Washington, DC (PRWEB) December 19, 2009
OSHA, this week, held a Stakeholder Meeting to elicit input from qualified individuals as a formative step toward developing their own national combustible dust standard. CV Technology, Inc., a leader in dust explosion prevention and mitigation, participated in the meeting. Bill Stevenson, VP Engineering, a recognized authority on dust explosions applauded OSHA for this program and pledged the support of CV Technology to help OSHA in any way. Here is Bill’s opening statement:
1. Time is of the essence. How long would it take to develop and promulgate a comprehensive new standard?
2. The dust explosion phenomenon is an inexact science. How would the new standard be updated at reasonable intervals to reflect on-going research?
3. Different industry segments face different challenges and the solutions required should reflect the unique requirements of each segment. How will the OSHA standard address this difference factor? Perhaps the HSE booklet for the food processing industry could provide a useful example of how a similar government agency is dealing with this issue?
4. The area of dust testing is undergoing review and scrutiny at the moment. For example the OSHA Salt Lake Test is being given serious consideration by the ASTM E 1226 committee. But the jury is still out on adopting this or alternative screening methodologies. Just in the past few weeks I learned of an OSHA audit at a plant which had a dust explosion approximately 3 years ago. Dust was collected and screened at Salt Lake and the results came back negative. The dusts were known combustible dusts such as sugar, cocoa, whey, and coffee creamer. This puts into question the validity of alternative screening procedures that might provide a false sense of security. This story further points out the need to first acknowledge that we don’t know everything about dust explosions, and second to make provision for the inevitable change which must accompany any new standard.
5. Another alternative screening methodology involves using a 1-m3 test vessel for dusts which do react in a Kuhner 20-liter sphere, but which do not do so in the larger vessel. Are these dusts a risk or not? I don’t know and would posit that here is yet another example of the limits of our current understanding. The standard should include provision for an expanding field of science as further scientific experimentation provides new insights.
6. A new and far more comprehensive NFPA 654, 2011 edition is being voted on by the technical committee with the deadline being today. If all goes well this new Standard will be published mid-2010. OSHA has taken an active interest in this Standard and has had representation in attendance at some of our meetings. It is my strong recommendation that 654 be the NFPA Standard which OSHA should look to first as you try to come up with your own Standard. Since NFPA has the objective of refreshing all Standards on a 4 year cycle, 654 and similar documents should continue to be key references in any new OSHA combustible dust standard.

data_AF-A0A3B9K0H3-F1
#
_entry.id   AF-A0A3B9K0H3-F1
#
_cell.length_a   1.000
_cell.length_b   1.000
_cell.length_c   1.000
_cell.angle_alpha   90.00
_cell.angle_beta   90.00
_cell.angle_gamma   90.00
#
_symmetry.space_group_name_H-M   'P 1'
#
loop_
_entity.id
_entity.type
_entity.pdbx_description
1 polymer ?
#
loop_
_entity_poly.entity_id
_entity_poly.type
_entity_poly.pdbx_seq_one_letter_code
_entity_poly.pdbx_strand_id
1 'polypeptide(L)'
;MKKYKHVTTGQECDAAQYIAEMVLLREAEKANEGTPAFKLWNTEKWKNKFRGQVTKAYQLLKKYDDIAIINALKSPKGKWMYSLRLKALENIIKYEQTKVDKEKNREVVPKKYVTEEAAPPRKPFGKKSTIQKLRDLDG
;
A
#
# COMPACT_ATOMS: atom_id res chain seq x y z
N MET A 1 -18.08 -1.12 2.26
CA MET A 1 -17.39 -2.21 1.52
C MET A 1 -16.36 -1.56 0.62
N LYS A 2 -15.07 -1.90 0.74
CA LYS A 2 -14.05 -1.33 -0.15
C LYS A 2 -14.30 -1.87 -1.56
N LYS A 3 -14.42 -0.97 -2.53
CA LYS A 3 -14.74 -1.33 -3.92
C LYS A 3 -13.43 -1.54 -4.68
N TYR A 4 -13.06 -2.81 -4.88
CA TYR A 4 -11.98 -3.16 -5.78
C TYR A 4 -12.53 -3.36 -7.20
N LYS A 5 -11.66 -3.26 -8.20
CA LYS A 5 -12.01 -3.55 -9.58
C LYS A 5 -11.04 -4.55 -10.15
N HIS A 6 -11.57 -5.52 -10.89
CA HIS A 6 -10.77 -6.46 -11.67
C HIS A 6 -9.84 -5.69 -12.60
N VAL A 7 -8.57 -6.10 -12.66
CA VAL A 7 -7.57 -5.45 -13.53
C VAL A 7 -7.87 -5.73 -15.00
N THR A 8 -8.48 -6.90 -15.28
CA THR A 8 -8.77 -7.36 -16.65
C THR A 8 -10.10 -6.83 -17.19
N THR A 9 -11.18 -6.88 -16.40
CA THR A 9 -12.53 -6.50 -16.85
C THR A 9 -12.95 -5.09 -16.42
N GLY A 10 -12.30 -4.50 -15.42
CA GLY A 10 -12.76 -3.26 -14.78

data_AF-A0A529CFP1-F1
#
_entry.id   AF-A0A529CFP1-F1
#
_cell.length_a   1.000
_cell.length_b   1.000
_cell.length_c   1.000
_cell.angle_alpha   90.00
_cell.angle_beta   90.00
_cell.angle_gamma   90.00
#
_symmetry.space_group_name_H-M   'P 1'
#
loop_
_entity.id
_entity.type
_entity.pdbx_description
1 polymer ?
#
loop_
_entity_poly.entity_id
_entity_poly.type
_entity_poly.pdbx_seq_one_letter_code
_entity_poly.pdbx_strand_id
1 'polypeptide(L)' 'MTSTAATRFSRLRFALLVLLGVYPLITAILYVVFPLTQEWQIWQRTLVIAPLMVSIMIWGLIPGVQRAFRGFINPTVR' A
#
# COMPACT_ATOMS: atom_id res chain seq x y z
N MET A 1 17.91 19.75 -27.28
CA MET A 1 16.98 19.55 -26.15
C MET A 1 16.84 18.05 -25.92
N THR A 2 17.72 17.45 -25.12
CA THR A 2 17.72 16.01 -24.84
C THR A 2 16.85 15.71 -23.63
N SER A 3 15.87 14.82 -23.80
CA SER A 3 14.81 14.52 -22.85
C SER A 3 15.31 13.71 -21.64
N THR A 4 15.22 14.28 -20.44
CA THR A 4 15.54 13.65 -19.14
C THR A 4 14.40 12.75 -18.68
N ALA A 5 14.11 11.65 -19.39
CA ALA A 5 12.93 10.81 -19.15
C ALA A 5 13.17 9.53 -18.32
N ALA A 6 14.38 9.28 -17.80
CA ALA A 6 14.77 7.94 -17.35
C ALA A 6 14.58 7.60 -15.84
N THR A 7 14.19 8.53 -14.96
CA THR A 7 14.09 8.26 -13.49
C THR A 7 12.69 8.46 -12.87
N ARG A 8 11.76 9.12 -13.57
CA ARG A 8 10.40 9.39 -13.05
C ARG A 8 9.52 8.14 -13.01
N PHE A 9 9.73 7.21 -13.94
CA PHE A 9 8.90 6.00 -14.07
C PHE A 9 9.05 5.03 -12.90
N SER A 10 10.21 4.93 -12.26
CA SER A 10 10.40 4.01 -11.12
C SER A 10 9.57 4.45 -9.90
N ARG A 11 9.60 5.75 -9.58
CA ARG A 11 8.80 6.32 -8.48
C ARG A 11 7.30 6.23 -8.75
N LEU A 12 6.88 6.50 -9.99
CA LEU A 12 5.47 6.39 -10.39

7. Finally, I would like suggest that the current PSM program could be effectively expanded to include combustible dust. By using the same 14 point program OSHA could very quickly provide a meaningful and comprehensive methodology for both the short and long term requirement to ensure work place safety for industries handling combustible particulate solids.
Points made by other participants included concerns about cost, the impact on workers, how best to address small businesses, should there be different requirements for businesses with less than 50 employees, and what role will there be for consensus standards in the future. Several participants raised concerns about dust and how to determine if any given dust is combustible. Also there seemed to be a general concern that the current NFPA system of relying on several standards which interrelate can sometimes seem to conflict and are often awkward and confusing to use. Small business owners and even larger ones often don’t know what to do or even how to do it. There was a sentiment expressed that there is a need to simplify and put in plain language what the issues are and to provide a straight forward path to follow. The risk from dust collectors was explained by Bill Stevenson and the need for better housekeeping was raised and discussed by several participants.
Since dust explosions are rare, complex, and the issues vary from industry to industry, the desire for simplicity might be wishful thinking. For every complex problem there is a simple solution and it is generally wrong. To understand the risks and your available options, a thorough dust explosion risk analysis will help assign priorities for protection, and most importantly, help to ensure a safe work place. CV Technology Inc. is devoted 100% to the dust explosion problem. Bill Stevenson is a member of the technical committees that are responsible for NFPA 654, 655, 91, 68 and 69.
For more information: http://www.cvtechnology.com
CV TECHNOLOGY, INC
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Phone (561) 694-9588